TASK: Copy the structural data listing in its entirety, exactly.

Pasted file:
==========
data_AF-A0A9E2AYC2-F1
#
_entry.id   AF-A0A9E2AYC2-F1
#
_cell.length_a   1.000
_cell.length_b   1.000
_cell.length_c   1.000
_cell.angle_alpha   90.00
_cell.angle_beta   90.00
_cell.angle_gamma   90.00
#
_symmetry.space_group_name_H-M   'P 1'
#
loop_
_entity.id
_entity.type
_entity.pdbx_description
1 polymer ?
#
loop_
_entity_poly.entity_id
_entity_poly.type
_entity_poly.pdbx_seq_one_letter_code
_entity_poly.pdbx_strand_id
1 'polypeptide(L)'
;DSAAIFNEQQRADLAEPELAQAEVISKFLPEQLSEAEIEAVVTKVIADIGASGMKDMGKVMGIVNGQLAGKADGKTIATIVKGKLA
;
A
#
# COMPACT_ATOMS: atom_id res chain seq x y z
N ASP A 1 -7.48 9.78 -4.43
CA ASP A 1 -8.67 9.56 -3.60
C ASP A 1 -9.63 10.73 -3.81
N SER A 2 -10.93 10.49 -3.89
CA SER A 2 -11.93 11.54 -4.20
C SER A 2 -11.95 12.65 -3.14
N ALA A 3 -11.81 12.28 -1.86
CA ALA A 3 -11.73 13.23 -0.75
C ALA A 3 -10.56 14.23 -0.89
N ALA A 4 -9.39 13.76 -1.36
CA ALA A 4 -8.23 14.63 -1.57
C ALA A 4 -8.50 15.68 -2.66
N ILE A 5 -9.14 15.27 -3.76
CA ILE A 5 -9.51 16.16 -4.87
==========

data_AF-A0A9E2AYC2-F1
#
_entry.id   AF-A0A9E2AYC2-F1
#
_cell.length_a   1.000
_cell.length_b   1.000
_cell.length_c   1.000
_cell.angle_alpha   90.00
_cell.angle_beta   90.00
_cell.angle_gamma   90.00
#
_symmetry.space_group_name_H-M   'P 1'
#
loop_
_entity.id
_entity.type
_entity.pdbx_description
1 polymer ?
#
loop_
_entity_poly.entity_id
_entity_poly.type
_entity_poly.pdbx_seq_one_letter_code
_entity_poly.pdbx_strand_id
1 'polypeptide(L)'
;DSAAIFNEQQRADLAEPELAQAEVISKFLPEQLSEAEIEAVVTKVIADIGASGMKDMGKVMGIVNGQLAGKADGKTIATIVKGKLA
;
A
#
# COMPACT_ATOMS: atom_id res chain seq x y z
N ASP A 1 -7.48 9.78 -4.43
CA ASP A 1 -8.67 9.56 -3.60
C ASP A 1 -9.63 10.73 -3.81
N SER A 2 -10.93 10.49 -3.89
CA SER A 2 -11.93 11.54 -4.20
C SER A 2 -11.95 12.65 -3.14
N ALA A 3 -11.81 12.28 -1.86
CA ALA A 3 -11.73 13.23 -0.75
C ALA A 3 -10.56 14.23 -0.89
N ALA A 4 -9.39 13.76 -1.36
CA ALA A 4 -8.23 14.63 -1.57
C ALA A 4 -8.50 15.68 -2.66
N ILE A 5 -9.14 15.27 -3.76
CA ILE A 5 -9.51 16.16 -4.87